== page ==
NPR logo Media Advisory: NPR News Interview with Planned Parenthood president Cecile Richards

Media Advisory: NPR News Interview with Planned Parenthood president Cecile Richards

Cecile Richards, president of Planned Parenthood Federation of America Inc. testifies during a House Oversight and Government Reform Committee hearing on Capitol Hill, in 2015 in D.C. Mark Wilson/Getty Images hide caption

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Mark Wilson/Getty Images

Tuesday, March 14, 2017; Washington D.C. – In an interview airing today on All Things Considered, NPR's Ari Shapiro talks with Planned Parenthood president Cecile Richards about the American Health Care Act - the House Republican's bill to repeal and replace the Affordable Care Act - and the bill's provision to defund Planned Parenthood.

Stations and broadcast times are available at

Excerpts from the conversation are available below.

When asked how much money Planned Parenthood stands to lose under the new healthcare bill and what impact it would have, she said: "The vast majority of our patients are on some kind of federal program and so see us through the Medicaid program or title 10. It's about upwards of 400 million dollars in reimbursements, but what's really important Ari to understand is that we actually are not in the federal budget, this defunding language is misleading...we get reimbursed for the care we provide and we have about 2.5 million patients who come to see us every year."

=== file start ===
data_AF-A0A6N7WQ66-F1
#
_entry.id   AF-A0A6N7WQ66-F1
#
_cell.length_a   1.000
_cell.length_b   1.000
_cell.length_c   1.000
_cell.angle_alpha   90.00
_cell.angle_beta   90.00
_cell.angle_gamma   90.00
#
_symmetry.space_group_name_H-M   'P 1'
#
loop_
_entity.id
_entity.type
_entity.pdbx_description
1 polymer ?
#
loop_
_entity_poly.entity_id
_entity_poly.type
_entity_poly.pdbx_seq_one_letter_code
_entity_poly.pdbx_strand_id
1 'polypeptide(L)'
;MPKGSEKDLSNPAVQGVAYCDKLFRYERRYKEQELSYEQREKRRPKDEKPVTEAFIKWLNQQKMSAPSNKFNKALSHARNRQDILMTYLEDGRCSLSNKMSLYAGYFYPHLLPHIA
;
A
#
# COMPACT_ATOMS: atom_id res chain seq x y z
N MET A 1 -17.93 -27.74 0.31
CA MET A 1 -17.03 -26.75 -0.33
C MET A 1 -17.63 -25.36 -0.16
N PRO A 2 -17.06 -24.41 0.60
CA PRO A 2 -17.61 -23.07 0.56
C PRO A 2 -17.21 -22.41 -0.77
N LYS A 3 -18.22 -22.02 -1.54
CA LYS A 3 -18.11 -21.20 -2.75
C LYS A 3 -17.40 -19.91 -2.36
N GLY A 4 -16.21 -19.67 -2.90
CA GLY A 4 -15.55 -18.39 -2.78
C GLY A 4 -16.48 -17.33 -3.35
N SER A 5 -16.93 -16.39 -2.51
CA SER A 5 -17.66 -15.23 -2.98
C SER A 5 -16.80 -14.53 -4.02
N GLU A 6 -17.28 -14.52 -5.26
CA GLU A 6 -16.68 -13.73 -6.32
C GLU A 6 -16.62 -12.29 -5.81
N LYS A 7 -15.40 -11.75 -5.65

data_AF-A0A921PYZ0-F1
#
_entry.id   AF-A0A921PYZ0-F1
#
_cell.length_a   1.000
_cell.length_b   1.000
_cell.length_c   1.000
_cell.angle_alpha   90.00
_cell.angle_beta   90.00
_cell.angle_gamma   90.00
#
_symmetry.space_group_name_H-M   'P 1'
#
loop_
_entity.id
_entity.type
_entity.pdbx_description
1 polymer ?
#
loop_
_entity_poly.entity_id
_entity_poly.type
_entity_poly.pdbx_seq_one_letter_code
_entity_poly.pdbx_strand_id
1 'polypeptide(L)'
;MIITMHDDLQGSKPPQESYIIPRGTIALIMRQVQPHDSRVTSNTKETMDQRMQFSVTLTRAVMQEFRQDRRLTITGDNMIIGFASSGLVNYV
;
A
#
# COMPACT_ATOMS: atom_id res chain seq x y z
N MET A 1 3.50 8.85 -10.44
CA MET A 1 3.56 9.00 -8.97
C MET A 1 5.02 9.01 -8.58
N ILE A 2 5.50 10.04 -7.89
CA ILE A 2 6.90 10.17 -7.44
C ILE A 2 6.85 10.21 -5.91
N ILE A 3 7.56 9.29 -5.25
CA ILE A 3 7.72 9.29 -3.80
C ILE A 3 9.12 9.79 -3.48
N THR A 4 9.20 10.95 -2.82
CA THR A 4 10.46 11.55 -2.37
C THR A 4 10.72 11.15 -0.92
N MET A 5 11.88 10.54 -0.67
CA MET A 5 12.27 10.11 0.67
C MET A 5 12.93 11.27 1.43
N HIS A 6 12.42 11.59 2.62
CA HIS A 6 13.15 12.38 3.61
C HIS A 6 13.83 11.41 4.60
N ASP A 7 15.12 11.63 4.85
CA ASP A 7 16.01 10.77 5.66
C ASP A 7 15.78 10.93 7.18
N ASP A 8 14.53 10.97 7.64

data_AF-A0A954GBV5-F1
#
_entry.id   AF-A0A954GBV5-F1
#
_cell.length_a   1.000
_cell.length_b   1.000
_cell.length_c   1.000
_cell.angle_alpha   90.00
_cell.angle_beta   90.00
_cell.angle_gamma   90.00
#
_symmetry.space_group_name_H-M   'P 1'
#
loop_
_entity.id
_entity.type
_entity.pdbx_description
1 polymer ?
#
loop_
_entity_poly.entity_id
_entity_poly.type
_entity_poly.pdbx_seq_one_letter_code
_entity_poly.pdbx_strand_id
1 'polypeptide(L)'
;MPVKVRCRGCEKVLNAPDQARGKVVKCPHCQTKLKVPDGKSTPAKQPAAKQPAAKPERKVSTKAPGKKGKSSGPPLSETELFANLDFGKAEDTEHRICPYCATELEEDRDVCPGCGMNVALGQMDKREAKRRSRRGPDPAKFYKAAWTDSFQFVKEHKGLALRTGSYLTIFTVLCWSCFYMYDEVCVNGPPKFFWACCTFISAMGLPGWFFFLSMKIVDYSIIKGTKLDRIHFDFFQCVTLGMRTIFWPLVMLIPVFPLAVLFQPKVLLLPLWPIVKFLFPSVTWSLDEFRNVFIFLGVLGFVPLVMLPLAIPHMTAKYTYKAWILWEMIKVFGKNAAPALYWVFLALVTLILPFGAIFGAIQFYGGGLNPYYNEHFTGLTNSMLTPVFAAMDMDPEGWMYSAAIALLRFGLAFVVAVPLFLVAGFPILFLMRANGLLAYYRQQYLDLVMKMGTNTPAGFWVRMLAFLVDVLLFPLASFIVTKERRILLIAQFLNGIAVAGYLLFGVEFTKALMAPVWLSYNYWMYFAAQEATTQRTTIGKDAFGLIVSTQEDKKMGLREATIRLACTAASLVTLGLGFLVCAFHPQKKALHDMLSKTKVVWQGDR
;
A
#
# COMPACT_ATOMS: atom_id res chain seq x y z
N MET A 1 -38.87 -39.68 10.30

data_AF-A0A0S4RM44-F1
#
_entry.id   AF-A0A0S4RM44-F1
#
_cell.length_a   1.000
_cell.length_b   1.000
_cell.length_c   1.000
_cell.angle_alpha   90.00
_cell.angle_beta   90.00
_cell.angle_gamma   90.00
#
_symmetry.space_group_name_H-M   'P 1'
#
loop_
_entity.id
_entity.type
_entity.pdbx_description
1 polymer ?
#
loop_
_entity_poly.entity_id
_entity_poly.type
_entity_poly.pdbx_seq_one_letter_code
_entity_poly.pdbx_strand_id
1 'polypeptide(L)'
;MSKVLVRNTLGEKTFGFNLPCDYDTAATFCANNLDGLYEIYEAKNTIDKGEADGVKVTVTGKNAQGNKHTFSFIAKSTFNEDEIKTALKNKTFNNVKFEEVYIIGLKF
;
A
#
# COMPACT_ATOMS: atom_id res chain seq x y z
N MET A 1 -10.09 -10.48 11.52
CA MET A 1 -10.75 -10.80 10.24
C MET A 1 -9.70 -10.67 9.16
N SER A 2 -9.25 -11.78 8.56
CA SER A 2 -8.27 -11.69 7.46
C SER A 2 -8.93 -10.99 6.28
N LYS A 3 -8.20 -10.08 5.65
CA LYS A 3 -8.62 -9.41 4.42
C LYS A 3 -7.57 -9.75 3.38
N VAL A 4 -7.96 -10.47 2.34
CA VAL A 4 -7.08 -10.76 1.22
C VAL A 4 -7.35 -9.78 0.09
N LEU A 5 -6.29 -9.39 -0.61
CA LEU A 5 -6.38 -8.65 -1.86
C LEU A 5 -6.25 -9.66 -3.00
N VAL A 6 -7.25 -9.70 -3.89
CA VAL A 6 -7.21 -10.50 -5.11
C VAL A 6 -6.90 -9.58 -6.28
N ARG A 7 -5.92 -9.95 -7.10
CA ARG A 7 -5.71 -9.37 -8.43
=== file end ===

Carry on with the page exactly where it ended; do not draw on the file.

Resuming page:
When asked about signals from Capitol Hill about the likelihood the Planned Parenthood funding provision would remain part of the bill, she said: "...Planned Parenthood has been around for 100 [years], one and five women in this country have received healthcare from this organization and to somehow wrap it up in the repeal of the Affordable Care Act as Senator Collins (Rand Murkowski have said is completely inappropriate and is literally going to create total chaos for women in America."

When asked if Planned Parenthood would ever stop performing abortions, she said: "Absolutely not. We provide full reproductive healthcare for people in this country and even though abortions may make up a small percentage of what we do women and families and young people come to Planned Parenthood because they count on us to be on their side, and to provide them with the healthcare they need. Our motto is, 'care no matter what' and we take that promise very seriously."

Audio and transcript will be available on later today.


Allyssa Pollard, NPR Media Relations